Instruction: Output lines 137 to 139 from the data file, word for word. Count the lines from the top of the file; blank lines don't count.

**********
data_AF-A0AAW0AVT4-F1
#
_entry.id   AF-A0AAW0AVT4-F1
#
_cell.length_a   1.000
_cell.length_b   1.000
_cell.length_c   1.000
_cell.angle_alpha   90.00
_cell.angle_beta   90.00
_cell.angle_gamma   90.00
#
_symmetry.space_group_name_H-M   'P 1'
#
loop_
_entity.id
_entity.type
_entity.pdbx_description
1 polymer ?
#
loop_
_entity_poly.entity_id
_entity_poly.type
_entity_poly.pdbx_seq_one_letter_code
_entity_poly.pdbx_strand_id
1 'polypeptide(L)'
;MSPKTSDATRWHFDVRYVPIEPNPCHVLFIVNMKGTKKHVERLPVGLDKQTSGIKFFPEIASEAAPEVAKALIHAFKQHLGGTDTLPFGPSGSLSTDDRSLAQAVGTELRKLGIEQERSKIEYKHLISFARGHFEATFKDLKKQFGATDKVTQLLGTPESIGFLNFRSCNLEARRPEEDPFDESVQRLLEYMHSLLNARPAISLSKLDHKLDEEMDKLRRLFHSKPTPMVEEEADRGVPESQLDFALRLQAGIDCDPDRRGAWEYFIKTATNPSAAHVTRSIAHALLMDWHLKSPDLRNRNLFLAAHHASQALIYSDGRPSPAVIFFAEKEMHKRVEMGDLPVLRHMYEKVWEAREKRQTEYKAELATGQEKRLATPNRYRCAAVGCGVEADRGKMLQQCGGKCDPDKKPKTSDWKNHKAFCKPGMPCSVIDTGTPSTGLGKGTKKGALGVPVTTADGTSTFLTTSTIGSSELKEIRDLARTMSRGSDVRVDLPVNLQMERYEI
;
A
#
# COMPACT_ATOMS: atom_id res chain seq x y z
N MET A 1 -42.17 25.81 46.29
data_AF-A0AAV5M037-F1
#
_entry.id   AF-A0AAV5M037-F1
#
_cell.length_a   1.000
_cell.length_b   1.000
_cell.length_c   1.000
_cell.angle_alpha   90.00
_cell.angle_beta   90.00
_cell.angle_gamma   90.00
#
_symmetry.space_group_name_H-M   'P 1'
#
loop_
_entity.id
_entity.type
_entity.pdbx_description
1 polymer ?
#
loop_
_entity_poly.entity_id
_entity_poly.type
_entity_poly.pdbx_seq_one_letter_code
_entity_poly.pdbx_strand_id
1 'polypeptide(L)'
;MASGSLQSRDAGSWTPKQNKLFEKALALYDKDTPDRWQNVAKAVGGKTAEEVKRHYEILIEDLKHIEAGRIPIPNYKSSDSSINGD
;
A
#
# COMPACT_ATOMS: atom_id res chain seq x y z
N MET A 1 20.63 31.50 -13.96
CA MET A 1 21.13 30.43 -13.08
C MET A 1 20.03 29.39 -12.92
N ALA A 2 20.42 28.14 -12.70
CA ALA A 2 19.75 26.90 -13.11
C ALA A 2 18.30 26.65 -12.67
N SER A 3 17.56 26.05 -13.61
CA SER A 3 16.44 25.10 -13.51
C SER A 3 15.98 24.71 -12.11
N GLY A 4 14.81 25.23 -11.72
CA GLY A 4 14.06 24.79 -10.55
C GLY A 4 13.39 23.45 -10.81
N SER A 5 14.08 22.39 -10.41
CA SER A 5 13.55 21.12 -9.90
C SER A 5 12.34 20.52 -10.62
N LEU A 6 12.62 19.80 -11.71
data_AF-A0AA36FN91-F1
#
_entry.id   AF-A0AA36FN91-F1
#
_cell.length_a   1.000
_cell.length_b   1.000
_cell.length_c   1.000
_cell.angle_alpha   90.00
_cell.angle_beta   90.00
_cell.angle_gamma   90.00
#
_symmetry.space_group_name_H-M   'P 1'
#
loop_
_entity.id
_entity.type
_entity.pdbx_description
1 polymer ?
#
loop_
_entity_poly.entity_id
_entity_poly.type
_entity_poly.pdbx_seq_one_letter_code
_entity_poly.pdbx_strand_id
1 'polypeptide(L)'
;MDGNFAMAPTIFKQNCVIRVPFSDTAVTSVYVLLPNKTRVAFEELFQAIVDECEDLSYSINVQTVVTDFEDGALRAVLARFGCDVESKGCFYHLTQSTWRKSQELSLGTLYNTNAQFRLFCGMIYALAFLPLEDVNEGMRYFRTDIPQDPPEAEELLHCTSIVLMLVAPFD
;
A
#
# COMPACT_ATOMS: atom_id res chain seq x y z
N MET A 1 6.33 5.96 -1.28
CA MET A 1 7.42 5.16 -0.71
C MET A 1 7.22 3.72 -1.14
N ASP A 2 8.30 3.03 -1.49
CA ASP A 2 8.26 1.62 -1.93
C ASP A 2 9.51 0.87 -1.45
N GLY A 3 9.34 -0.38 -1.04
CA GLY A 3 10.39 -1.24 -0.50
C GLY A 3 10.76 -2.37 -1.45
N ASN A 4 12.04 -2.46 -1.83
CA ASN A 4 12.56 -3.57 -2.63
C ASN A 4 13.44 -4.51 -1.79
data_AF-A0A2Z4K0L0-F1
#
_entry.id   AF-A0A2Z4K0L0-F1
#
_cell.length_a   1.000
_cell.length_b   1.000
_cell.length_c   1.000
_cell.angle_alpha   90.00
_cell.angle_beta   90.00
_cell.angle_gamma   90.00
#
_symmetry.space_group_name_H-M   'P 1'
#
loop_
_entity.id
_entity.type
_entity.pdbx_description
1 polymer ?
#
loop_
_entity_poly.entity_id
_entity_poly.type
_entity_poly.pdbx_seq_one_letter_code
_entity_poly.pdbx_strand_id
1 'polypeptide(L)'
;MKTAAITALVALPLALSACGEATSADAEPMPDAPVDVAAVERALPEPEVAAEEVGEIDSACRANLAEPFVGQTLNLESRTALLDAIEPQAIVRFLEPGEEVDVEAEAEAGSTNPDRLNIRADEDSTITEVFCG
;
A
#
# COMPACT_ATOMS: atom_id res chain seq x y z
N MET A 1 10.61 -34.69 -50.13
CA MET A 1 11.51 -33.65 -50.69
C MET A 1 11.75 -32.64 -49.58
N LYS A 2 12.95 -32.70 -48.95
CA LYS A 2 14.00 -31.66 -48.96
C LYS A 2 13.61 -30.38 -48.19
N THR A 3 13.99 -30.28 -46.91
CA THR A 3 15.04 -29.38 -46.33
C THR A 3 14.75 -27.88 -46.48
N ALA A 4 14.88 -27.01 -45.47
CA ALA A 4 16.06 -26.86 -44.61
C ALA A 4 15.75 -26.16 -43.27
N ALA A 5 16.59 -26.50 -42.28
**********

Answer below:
1 polymer ?
#
loop_